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How to Create an Edible Garden

Your guide to a fresh and bountiful harvest

Creating an edible garden in British Columbia can be a rewarding experience — an ordinary salad becomes a gastronomical delight when topped with a juicy, sun-kissed tomato, picked fresh from your garden.  

Growing your own food is nothing new… people have been doing it for centuries. And if you’ve never had the pleasure of growing and harvesting your own produce, now is the perfect time to start. 

But if you’ve never planted a veggie garden before, it can seem a bit intimidating. We’ve written this post to help you design your garden, choose the right plants and maintain it properly, so you can enjoy a delicious and bountiful harvest while supporting the environment. 

rows of lettuce

Why create an edible garden?

There are many reasons people grow their own fruits, herbs and veggies and decide to incorporate edible plants in their landscapes. 

  • Enjoy fresh and healthy food — Since homegrown produce is typically harvested at peak ripeness, it’s often more flavourful than store-bought produce. And because you’re in complete control, you can be sure it’s free from harmful chemicals.
  • High vitamin and mineral content — By adding compost and other nutrients to the soil you can improve its health, which can lead to higher levels of vitamins and minerals in the produce — and make it tastier too
  • Save on your grocery bill — Growing your own food can be a cost-effective way to save money on groceries, but you need to make smart decisions or you could end up with a $64 tomato like William Alexander!
  • Connect with nature — Working in any garden is good exercise and helps relieve stress. When you grow your own food you enjoy a sense of accomplishment and feel a greater connection to nature.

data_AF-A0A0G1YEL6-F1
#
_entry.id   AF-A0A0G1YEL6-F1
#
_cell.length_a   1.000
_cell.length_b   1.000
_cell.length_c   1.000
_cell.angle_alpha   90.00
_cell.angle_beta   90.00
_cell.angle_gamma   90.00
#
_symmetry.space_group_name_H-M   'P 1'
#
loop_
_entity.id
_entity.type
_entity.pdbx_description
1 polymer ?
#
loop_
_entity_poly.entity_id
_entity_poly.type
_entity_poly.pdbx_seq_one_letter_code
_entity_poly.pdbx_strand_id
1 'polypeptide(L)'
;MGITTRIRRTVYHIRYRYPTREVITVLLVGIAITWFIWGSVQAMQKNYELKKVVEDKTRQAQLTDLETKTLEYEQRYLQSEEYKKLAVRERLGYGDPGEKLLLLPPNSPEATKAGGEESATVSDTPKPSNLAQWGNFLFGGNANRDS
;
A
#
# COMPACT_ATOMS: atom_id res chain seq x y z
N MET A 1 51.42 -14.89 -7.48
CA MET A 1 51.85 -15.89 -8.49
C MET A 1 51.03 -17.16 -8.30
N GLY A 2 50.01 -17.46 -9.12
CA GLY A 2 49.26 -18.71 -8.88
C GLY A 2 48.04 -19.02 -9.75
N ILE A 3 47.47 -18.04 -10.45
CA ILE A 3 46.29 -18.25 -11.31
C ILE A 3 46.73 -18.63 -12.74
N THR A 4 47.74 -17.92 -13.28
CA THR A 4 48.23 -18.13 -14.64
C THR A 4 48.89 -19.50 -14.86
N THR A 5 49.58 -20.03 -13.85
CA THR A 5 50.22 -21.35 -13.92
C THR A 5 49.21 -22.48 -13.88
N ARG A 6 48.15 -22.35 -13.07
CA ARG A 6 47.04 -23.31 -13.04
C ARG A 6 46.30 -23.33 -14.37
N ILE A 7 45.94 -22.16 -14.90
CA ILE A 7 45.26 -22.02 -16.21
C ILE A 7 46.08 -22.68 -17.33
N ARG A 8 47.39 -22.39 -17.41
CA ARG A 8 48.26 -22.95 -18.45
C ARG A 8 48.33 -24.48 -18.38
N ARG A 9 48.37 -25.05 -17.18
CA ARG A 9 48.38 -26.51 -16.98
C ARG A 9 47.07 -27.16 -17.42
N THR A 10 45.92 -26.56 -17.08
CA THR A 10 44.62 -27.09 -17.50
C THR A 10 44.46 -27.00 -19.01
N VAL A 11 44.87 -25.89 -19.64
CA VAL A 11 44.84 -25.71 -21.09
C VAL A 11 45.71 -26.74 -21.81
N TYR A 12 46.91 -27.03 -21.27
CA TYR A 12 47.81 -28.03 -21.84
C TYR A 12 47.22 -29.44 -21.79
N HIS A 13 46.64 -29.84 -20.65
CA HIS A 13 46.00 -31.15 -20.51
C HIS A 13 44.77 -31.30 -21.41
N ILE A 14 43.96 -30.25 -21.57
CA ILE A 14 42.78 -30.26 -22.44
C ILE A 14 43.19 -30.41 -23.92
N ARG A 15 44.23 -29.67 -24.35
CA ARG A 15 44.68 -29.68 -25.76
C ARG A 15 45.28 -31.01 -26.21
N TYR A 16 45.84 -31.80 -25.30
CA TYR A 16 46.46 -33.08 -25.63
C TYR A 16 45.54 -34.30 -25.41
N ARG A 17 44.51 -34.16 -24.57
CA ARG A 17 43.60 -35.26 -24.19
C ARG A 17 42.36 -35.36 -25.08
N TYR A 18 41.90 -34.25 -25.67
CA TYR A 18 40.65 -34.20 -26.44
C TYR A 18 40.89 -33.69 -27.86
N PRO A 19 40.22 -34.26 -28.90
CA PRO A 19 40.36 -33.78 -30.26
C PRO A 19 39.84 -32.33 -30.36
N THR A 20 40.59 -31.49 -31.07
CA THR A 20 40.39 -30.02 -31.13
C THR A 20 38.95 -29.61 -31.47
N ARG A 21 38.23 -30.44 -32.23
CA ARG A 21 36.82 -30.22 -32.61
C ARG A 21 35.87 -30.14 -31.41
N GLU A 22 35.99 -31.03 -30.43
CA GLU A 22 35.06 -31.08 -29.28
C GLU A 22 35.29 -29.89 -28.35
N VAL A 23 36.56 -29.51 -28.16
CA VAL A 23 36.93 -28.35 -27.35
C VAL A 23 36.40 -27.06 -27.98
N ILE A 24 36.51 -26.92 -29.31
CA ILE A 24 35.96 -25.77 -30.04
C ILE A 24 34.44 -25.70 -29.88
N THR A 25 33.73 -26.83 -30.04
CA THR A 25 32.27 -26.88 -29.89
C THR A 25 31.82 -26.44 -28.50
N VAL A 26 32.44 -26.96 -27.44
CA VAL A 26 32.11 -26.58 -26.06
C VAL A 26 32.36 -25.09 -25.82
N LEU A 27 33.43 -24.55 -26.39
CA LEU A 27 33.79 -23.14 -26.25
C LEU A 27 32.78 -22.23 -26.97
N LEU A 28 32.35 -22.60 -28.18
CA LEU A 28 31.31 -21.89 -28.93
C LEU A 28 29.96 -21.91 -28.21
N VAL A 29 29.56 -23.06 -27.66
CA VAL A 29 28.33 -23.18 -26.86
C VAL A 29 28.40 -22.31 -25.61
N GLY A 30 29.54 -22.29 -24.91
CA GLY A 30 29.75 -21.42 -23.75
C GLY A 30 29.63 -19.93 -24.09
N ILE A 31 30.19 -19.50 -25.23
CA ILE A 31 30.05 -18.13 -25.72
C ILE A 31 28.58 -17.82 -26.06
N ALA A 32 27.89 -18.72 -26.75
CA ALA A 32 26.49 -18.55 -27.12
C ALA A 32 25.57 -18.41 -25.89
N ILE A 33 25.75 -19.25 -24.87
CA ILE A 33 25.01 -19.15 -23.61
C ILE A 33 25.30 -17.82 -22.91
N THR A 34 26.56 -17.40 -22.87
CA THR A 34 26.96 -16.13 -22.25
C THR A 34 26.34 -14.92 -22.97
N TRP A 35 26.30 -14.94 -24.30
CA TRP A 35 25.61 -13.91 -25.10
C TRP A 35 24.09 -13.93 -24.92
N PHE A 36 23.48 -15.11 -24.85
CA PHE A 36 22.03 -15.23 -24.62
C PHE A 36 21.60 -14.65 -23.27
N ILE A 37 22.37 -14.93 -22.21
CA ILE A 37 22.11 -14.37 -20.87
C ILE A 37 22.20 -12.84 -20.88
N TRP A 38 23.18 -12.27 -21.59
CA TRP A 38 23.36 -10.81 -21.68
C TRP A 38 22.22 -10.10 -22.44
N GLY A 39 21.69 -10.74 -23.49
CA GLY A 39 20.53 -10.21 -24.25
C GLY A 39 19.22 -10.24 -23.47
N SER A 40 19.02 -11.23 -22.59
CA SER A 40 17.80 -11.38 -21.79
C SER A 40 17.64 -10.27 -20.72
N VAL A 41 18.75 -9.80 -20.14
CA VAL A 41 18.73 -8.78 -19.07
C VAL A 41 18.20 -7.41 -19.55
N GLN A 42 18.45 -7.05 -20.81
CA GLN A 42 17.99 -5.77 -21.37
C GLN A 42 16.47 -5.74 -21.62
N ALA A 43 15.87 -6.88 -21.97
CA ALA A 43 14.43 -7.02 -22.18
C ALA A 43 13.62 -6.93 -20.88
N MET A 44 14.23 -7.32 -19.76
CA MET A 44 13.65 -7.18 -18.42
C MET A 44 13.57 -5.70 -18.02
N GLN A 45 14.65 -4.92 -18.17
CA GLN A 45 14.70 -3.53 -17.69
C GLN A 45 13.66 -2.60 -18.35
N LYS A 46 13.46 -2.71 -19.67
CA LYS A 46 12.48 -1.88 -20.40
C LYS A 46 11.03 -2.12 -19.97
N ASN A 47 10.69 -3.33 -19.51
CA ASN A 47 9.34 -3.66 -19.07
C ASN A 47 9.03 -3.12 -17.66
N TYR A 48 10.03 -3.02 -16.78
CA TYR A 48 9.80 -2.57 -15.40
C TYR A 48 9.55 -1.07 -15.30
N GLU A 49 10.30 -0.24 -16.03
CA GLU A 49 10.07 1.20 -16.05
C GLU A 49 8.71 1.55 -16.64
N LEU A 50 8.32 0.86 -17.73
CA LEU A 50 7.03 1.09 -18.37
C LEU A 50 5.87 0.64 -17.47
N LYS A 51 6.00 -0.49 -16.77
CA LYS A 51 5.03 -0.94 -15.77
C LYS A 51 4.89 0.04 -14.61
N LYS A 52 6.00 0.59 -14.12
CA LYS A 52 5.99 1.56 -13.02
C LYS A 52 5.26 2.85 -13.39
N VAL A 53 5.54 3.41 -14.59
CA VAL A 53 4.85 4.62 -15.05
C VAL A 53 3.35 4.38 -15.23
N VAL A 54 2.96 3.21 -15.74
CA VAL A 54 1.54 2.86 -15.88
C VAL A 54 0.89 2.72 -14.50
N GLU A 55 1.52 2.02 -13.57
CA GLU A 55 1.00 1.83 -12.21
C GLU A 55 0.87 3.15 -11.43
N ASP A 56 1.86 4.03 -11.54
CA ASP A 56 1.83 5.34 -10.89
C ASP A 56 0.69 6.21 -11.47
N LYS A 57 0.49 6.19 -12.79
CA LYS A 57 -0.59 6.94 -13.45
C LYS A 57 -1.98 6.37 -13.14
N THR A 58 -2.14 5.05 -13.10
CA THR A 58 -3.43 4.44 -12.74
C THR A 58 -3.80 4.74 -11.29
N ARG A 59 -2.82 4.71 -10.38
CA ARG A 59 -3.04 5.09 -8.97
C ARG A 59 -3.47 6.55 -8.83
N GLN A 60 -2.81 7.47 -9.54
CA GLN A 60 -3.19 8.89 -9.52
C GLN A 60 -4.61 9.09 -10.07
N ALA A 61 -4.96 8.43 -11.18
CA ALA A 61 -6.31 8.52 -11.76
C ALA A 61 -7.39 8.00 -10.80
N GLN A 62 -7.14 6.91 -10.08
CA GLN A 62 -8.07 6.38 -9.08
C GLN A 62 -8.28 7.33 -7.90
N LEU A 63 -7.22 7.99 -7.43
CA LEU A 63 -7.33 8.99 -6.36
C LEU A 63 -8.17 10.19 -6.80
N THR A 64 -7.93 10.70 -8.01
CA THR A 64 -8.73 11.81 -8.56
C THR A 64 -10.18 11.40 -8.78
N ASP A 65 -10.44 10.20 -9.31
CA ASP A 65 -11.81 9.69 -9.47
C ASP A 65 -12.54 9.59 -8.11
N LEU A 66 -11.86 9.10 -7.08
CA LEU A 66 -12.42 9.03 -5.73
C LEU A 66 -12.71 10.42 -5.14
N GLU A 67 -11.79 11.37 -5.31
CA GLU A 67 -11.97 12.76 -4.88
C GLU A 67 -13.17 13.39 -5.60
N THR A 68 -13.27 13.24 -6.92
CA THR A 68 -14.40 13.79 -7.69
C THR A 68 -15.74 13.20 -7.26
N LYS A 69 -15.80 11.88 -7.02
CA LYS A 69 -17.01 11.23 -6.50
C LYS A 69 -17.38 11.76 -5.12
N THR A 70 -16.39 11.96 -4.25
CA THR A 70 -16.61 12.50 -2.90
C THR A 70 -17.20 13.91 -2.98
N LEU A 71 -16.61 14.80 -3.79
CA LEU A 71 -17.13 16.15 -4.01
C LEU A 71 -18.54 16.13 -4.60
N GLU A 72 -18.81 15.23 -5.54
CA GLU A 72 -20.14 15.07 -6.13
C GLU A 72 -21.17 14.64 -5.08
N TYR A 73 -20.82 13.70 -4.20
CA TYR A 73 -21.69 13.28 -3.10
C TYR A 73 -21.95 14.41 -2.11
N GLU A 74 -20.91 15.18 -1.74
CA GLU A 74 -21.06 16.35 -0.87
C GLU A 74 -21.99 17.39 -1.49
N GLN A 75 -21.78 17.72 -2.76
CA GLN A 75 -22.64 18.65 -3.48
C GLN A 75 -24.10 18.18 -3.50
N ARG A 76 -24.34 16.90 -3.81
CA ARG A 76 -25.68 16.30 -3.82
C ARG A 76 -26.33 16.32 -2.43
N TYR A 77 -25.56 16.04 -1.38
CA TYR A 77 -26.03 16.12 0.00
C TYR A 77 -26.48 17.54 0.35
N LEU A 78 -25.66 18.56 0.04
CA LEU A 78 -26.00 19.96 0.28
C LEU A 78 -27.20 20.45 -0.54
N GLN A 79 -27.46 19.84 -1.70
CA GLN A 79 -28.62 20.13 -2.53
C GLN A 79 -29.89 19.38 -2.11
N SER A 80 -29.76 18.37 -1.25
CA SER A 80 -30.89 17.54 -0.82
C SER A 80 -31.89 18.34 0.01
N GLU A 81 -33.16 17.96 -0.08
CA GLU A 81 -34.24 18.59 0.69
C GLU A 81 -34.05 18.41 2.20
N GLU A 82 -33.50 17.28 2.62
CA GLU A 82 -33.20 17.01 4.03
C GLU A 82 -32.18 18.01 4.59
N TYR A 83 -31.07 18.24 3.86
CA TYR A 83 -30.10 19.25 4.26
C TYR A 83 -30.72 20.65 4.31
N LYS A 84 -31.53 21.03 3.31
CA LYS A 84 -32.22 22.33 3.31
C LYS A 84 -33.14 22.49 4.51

• Satisfaction — Eating food you planted yourself is really a labour of love, and can bring with it a great amount of satisfaction and excitement as you watch it grow and become ready for harvest. It’s also a great way to teach your kids and grandkids about where their food comes from.

How to design an edible garden

Designing an edible garden requires some planning and effort, but the rewards are worth it. Here are some things to consider to help you get started.

  • Choose a great location — Most edible plants need at least six hours of sunlight per day, so save that shady spot for plants that will appreciate it. Take note of where the sun rises and sets — planting with a “north-south” aspect in mind ensures sunlight is evenly distributed throughout the garden. It’s also a good idea to place it as close to your kitchen as possible, making it easy to pick what you need when you need it. 
  • Right-size your garden — Decide how much food you want to grow and how much space you’ll need to grow it. Zucchini and other squash tend to be space hogs, so if you’re growing them, you’ll need a large garden or plant them vertically. If you’re new to vegetable gardening, consider starting small to see if you like it. You can always expand your garden next year!
  • Optimize your space — If space is limited, it’s time to be creative! There are many ways to maximize space, such as intercropping or succession planting, which basically means growing different plants in the same space. An example of intercropping would be planting radishes with carrots. Radishes mature earlier than carrots, so the carrots can grow after the radishes have been harvested. With succession planting, the idea is to plant crops that mature at different times throughout the summer. And don’t forget to think vertical! Many plants are quite happy to grow on a trellis or other type of support.
person raking soil